Frost, drought and weed sprays may be factors in high nitrate accumulation by plants. Oat straw and oat hay are most affected. Green oats should be cut either immediately after a frost before nitrates build up or after 14 days with no frost to allow the nitrate built up to be cleared by the plant’s system. Green feed cut after a frost should be tested for nitrates. Agricultural representatives can do a quick spot test for presence of nitrates. If nitrates are present, the amount should be determined. The rule of thumb for feeding is to dilute the nitrate-containing roughage with nitrate-free roughage so the total feed contains no more than 0.5 percent nitrate. For example if green oats has 1.0 percent nitrate it should be diluted half and half with nitrate free roughage. This should be done with each feeding to prevent over consumption by any individual animal. It does not work if high-nitrate feed is fed one day and nitrate free feed the next. Forages containing nitrates may cause death to cattle and sheep by interfering with oxygen transport by the blood. Symptoms of nitrate poisoning include rapid breathing and pulse as the animal strives for oxygen, frothing from the mouth, blue color of the mucous membranes, muzzle and udder and brown colored blood. Treatment requires early intravenous injection of a 40 percent solution of methylene blue.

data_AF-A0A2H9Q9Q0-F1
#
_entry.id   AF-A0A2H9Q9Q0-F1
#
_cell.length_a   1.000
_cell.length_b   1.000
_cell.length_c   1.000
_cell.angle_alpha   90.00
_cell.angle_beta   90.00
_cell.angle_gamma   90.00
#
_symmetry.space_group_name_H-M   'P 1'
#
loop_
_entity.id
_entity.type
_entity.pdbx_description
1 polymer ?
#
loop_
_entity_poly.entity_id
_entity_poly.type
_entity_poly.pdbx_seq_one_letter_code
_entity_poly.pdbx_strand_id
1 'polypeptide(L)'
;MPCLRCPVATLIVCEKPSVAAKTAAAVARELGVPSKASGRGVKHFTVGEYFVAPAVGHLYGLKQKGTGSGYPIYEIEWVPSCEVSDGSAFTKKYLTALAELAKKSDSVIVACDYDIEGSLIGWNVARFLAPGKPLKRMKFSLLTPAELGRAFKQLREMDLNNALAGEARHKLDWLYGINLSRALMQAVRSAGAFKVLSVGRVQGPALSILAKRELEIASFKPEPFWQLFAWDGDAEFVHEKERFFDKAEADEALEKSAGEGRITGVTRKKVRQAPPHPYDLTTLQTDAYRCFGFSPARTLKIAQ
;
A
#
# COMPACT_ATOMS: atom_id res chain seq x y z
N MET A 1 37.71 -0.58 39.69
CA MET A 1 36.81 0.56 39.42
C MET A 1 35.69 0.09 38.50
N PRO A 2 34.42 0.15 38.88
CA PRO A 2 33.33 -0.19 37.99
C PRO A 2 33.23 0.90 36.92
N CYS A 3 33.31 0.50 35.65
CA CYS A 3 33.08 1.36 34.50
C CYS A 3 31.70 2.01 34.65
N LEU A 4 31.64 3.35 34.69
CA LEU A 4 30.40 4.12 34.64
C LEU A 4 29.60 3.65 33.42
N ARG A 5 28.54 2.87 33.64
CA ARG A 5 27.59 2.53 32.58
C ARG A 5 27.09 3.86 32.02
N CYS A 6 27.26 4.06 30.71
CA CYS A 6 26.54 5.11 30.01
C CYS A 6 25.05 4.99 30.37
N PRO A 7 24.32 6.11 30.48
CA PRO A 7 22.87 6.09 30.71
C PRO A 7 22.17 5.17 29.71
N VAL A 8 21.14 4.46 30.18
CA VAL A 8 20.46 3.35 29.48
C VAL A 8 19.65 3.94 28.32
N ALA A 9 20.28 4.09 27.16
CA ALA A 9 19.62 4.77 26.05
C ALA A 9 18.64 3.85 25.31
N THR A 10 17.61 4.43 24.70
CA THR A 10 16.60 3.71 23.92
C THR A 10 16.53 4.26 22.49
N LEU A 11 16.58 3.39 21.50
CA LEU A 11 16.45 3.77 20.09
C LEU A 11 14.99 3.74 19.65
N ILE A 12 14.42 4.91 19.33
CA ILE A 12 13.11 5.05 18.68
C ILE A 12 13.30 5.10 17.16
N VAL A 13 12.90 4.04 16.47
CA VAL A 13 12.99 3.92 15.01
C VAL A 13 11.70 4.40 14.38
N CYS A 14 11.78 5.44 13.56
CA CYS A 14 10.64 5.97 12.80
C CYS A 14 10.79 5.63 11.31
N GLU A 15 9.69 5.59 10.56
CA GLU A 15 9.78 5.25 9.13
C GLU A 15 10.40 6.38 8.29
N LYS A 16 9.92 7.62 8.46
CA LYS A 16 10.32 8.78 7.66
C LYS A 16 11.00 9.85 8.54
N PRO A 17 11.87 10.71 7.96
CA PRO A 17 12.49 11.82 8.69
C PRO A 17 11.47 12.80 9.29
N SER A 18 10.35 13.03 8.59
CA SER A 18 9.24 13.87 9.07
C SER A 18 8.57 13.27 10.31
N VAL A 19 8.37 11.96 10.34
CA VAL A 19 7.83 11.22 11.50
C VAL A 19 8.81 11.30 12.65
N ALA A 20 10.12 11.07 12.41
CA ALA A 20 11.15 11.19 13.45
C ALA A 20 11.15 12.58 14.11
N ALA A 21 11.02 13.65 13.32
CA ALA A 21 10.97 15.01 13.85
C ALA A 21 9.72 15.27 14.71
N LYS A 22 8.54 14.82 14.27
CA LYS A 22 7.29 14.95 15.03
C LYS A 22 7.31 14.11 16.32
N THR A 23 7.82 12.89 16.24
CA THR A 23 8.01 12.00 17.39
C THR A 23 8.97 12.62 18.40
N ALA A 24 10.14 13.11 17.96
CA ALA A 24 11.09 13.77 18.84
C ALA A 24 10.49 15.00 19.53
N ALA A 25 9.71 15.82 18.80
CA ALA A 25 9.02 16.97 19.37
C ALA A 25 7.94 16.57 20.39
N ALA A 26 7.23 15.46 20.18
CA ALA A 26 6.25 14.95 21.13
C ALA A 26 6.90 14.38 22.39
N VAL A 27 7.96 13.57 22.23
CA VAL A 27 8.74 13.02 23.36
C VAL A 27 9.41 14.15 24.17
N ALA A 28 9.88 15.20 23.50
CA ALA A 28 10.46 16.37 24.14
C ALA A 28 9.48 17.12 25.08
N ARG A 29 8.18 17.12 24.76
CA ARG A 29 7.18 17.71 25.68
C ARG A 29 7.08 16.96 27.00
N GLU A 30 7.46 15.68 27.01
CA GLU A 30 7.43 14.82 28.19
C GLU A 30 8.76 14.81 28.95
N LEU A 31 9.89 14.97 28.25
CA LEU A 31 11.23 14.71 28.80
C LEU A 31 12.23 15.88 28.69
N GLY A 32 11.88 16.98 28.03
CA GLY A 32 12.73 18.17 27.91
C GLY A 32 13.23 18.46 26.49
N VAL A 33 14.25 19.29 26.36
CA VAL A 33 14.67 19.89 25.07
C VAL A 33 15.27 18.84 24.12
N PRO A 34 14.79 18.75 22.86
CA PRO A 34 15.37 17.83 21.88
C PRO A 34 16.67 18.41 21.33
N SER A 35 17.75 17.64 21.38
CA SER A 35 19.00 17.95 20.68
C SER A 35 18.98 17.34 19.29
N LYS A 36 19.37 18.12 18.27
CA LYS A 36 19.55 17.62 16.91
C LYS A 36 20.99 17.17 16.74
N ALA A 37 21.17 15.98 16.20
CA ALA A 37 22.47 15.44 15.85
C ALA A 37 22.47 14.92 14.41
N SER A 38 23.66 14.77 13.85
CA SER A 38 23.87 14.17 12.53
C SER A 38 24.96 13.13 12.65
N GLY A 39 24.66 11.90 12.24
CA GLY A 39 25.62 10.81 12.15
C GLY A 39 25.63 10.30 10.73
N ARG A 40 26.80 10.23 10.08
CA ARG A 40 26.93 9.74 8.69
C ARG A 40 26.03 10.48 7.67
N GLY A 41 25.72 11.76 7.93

Prussic acid (Hydrocyanic Acid) Poisoning
Flax that has been frozen or severely affected by drought may contain toxic quantities of prussic acid (0.03 – 0.04 per cent). Symptoms of prussic acid poisoning are similar to nitrate poisoning except blood remains bright red. Death usually occurs before treatment is possible, although early intravenous injection of sodium nitrate and sodium thiosulfate by a veterinarian may be beneficial. Where prussic acid may be a problem, feed should be analyzed and suitable precautions taken. Prussic acid in cured forage gradually disappears and is seldom a problem in the winter.